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Investing in Parents
During the First Six Weeks of School

By Carol Davis and Alice Yang

An adapted excerpt from Parents & Teachers Working Together, a new NEFC book

Teachers work hard during the first six weeks of school to get to know their students and to establish a safe and welcoming classroom environment. This early investment makes the whole school year go better. The same idea applies to working with the most influential adults in the children's lives: their parents.

Although in many schools the first parent conference doesn't take place until November, teachers can begin early -- right as, or even before, the school year starts -- to build a positive relationship with parents.

Investing in parents as well as children during those critical first six weeks yields better school-home interactions all year, enriches classroom life, and enhances children's learning.

From the
Responsive Classroom

Thousands of classroom teachers in hundreds of elementary schools are familiar with the Responsive Classroom approach to creating a learning environment where children thrive academically, socially, and emotionally. Nationwide, educators use Responsive Classroom strategies to foster safe, challenging, and joyful elementary classrooms and schools.

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Goals for the first six weeks

Teachers are experts on curriculum and pedagogy, but parents are experts on their own children -- how the children absorb information, what delights them, how they show that they're upset, what comforts them. During the first six weeks, we can create a climate of respect, trust, and collaboration with these valuable educational partners. Here are the three main goals in this early work with parents:

Help parents feel welcomed and valued. Show that you're excited to work with their child. Reassure them that their opinions, interests, and family culture matter to you. As one parent of a second grader said, "It's so important to me that the teacher has a welcoming demeanor and shows that she wants you to be part of your child's education."

Welcome parents to play an active role. Begin sending the message that you want parents to visit the classroom, send notes, call you, and voice opinions.

Build community among families. Help parents get to know each other. When parents share positive relationships, they're more likely to get their children together outside of school, take part in school life, and seek help if their children need it.

Strategies for meeting these goals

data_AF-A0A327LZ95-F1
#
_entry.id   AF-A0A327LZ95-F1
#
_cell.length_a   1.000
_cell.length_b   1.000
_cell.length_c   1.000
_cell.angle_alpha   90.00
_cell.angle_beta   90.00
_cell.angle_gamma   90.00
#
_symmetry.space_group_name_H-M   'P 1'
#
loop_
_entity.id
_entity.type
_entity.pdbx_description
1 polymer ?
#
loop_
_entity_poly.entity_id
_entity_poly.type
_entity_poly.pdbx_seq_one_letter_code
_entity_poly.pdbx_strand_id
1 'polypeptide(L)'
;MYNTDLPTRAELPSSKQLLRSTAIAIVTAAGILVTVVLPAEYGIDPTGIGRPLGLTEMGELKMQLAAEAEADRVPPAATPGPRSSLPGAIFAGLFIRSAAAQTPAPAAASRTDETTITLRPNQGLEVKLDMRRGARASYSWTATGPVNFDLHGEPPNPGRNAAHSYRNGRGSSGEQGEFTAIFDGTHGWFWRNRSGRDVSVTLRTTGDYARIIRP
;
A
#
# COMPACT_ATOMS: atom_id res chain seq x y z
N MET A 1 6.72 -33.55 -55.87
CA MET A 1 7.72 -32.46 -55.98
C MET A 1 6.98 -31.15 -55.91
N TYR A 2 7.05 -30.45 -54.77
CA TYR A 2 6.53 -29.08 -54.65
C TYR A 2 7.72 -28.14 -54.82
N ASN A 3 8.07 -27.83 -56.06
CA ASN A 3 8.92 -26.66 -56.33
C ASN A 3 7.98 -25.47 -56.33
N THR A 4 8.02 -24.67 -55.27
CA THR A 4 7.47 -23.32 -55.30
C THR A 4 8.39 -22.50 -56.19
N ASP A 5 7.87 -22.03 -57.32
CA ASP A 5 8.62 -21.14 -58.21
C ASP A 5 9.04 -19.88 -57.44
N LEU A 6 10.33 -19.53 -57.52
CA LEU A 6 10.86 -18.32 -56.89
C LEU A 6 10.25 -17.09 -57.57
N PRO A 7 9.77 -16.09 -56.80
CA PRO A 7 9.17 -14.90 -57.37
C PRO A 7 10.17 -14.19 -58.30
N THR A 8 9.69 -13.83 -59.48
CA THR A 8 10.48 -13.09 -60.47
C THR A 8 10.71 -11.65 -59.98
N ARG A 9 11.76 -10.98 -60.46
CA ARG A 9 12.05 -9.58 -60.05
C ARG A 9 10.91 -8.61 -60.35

Start early with a special parent conference.

To demonstrate powerfully that parents matter, hold your first parent conference before school starts or during the early weeks. You'll gather crucial information about the child and family, which can mean more effective teaching from the very start.

One way to structure this first conference is to invite parents to share their goals, hopes, and dreams for their child. You could ask, "What do you think is the most important thing for Helen to learn this year?" or "What's your biggest hope for Jeff this year?" Such questions immediately and meaningfully engage parents and set a collaborative tone. The answers give teachers important insights into their new students.

Susan Smith, who teaches third grade at Rolling Hills Elementary in Holland, Pennsylvania, sends a letter home beforehand to give parents time to think about their hopes and dreams for their child. Like many teachers, she invites parents to choose both a social and an academic goal. By doing so, Susan eases the pressure of choosing just one goal while also demonstrating the equal importance of the social and academic curricula.

Send out a family interest inventory.

Another way to gather information early is to send out a form that asks parents to list special talents, skills, interests, or family traditions that they would like to share with the class. This establishes a connection with the family and welcomes parents into an active role in classroom life.

As you plan units of study, incorporate parents whenever possible. Rafael's mom can show the class her coin collection; Marlene's dad can teach hand drumming; Anna's grandfather is willing to tell stories. Such sharing lets the children learn about each other's families, helps children and parents feel welcome, and enriches the curriculum, all at the same time.

Hold a Morning Meeting for parents.

To encourage connections among families during the first six weeks, many teachers hold a Morning Meeting for parents, perhaps at back-to-school night. Although the content is geared toward parents and the meeting takes place in the evening, you can follow the usual Morning Meeting format-a Greeting, a Sharing, a Group Activity, and News and Announcements. Just as this format sets a positive tone for learning in the classroom, it does so for this evening of adult communication. It helps build a sense of community among adults and lets parents experience something their children do every day at school. (For a brief description of Morning Meeting, see the box below.)

To emphasize a feeling of collaboration and openness, have parents sit in a circle, just as the children do in their Morning Meeting. Sit in the circle with the parents just as you do with students.

A typical Morning Meeting lasts around thirty minutes, so you'll have plenty of time to discuss curriculum, approaches to homework, and the other items on your agenda.

For more on Morning Meeting, see The Morning Meeting Book by Roxann Kriete. For details on holding Morning Meeting with parents, see "Morning Meeting begins at 7:15 pm!" in the Summer 2003 issue of this newsletter. The article is available at

Communicate about homework.

You can increase the chances that all students will have success with homework by communicating your homework philosophy and expectations to both parents and students early in the year and factoring in their homework concerns.